I am sending a chirp that sweeps form 20Hz to 500Hz to an audio codec, CS42L52, connected to an MCU, STM32F405, and I am receiving a "wavy" amplitude output. There is no processing on the MCU, I pass the signal straight from the DMA in to the DMA out. The DMA services the I2S lines. If I change the time that the chirp takes to get from 20 to 500 Hz, the amplitude wave changes its frequency.

This picture shows the chirp with a 10 second duration on top and 5 second duration on bottom, and shows that the amplitude frequency is twice as fast in the 5 second chirp vs the 10 second chirp.


Looking at the codec block diagram, it shows that I can bypass the MCU in two different spots. The first being right after the PGA inputs and the next after gain adjust and ALC.


Both of these pass to the codec's DSP and then out to the codec's DAC according to this block diagram.


When I pass the signal through either of these lines, skipping the MCU, the output has a constant amplitude as it should. The input signal is clean, no "wavy" amplitude. If I put one frequency through the device, no chirp, the amplitude stays constant. I have played with a lot of the settings on the codec and can't seem to find any that affect the amplitude wave. Maybe I am overlooking a setting? This almost makes me think it is an MCU problem, but I am not manipulating the signal at all on the MCU. Is it a problem that the DMA stores it as an unsigned integer? What could be the problem?

My sampling frequency is set at 48 kHz, but I measure it at 48.5 kHz, could this affect it?


1 Answer 1


These could be ripples in the frequency response of an (ill-configured) anti-aliasing filter involved in the acquisition or restitution of the signal. It could be that the code running on your MCU and initializing the codec sends invalid configuration information to the codec; causing the codec to work with filters coefficients defined for a wrong sample rate. One thing worth noting is that the STM32F4 I2S master can only output an MCK at 256x FS. Check that your codec can work at 48kHz with such an MCK frequency.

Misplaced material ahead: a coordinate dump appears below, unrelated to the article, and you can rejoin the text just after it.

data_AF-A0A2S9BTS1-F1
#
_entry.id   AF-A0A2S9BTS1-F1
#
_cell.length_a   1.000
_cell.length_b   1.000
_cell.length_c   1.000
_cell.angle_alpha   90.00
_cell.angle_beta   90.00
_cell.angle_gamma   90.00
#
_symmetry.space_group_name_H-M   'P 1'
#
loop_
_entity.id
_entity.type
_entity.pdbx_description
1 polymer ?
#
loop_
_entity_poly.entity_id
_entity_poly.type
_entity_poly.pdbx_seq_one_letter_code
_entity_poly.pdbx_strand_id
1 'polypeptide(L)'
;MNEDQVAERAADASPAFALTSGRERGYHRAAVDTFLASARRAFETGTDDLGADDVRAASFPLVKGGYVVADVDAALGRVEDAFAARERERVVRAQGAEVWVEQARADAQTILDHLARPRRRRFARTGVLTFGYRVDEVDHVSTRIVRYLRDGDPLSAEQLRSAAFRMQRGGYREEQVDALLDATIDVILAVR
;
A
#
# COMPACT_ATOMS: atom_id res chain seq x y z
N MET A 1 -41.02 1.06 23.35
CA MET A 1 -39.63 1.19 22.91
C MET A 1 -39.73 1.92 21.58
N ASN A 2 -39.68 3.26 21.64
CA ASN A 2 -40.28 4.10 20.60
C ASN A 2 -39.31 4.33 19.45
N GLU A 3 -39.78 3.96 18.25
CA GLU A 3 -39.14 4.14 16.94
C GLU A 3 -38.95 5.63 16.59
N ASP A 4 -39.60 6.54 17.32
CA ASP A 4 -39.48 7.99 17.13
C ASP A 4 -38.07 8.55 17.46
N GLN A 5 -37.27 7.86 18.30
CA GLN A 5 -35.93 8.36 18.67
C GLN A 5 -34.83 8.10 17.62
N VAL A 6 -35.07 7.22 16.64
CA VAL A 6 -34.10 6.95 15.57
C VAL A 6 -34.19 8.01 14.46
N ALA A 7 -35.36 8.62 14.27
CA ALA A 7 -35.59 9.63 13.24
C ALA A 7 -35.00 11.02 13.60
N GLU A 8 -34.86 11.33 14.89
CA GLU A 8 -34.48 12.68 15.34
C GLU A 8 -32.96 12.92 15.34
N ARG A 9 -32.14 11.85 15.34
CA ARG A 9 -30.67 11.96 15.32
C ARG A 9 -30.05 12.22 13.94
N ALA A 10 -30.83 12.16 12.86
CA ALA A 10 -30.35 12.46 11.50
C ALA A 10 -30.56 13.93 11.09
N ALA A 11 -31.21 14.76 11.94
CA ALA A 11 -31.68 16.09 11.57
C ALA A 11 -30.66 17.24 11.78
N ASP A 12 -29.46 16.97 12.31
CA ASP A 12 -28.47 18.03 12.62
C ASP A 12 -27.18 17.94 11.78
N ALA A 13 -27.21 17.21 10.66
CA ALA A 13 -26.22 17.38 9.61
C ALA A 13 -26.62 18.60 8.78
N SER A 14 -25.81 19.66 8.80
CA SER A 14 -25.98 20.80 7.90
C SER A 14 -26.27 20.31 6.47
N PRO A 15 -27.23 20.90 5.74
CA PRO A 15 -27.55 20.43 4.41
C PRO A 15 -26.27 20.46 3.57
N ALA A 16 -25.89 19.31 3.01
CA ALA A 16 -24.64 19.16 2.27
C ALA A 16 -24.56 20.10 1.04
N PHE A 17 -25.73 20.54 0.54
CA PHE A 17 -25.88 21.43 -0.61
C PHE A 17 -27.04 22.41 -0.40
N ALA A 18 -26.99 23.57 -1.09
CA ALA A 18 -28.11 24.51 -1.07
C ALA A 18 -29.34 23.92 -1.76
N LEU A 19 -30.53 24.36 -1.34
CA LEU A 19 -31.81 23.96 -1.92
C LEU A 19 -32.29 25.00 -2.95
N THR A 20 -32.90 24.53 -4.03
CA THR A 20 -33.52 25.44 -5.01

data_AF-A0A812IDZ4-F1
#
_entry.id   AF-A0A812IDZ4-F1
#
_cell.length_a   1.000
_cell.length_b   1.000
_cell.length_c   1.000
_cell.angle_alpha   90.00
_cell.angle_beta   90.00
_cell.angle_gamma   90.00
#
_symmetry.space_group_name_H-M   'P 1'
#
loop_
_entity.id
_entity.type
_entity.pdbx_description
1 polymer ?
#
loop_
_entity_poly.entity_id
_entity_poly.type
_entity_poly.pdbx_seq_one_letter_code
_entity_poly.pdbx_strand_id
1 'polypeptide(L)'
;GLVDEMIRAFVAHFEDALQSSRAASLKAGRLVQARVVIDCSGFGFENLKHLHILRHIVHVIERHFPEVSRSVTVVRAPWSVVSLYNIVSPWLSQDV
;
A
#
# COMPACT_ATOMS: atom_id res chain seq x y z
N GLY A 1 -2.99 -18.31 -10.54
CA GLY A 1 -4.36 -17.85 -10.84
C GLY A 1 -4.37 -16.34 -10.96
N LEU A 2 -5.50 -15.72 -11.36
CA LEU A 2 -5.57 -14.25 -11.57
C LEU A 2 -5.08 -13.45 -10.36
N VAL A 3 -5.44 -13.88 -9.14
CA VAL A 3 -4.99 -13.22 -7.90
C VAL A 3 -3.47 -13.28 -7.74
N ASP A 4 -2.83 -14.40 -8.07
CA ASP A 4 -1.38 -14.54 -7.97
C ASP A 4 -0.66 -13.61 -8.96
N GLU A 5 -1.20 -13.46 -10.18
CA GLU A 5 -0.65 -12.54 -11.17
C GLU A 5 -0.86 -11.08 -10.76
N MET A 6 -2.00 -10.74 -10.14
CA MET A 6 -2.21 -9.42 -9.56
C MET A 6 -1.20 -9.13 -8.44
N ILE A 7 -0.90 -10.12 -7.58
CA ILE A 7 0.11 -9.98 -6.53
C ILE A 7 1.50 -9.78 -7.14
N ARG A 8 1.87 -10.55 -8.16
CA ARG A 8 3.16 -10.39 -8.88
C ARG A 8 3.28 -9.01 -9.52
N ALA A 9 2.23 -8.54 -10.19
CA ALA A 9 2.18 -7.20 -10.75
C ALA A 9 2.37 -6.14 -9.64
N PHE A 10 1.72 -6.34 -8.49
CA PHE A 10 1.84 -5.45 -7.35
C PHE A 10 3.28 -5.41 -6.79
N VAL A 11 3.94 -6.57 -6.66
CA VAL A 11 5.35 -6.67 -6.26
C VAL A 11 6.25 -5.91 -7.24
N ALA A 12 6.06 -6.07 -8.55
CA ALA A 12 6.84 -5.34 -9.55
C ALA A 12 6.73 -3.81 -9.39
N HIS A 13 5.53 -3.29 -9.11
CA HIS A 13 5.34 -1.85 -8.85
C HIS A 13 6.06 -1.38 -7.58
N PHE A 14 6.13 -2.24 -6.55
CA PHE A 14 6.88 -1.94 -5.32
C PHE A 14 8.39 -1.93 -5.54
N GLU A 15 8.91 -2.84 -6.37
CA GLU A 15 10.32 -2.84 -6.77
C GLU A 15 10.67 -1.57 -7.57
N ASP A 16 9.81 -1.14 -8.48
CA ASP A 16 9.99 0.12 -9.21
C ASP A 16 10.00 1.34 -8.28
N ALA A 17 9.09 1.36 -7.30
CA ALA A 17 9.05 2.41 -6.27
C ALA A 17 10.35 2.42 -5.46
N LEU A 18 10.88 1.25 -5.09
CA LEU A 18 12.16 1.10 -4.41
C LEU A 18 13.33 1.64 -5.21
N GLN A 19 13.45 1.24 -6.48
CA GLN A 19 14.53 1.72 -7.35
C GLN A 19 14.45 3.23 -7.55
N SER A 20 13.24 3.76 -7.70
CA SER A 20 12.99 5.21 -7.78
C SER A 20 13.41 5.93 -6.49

Another thing I can think of is your software "pass-through" routine on the MCU dropping samples. Depending on the ratio between the block size and the period of the waveform, an amplitude modulation effect could appear.

  • $\begingroup$ I don't see any information about configuring anti-aliasing filters in the codec, would this be something that I cannot configure? The codec does work at 256x Fs and at 48 kHz, but the clock is slightly high, possibly 2% high. I don't believe that I am dropping any samples. I have a ping-pong buffer setup that completes in plenty of time. Also, I do not hear any distortion in the signal, everything sounds great. Could it be anything else? $\endgroup$
    – Rick
    Nov 8, 2014 at 19:42
  • 1
    $\begingroup$ I have fixed the Fs using an external oscillator. It is now 48kHz and it still has the same problem. The codec has an auto configure for the clock which I am using, so I think it should be configured correctly. I have also manually configured it with the same results. $\endgroup$
    – Rick
    Nov 9, 2014 at 2:31

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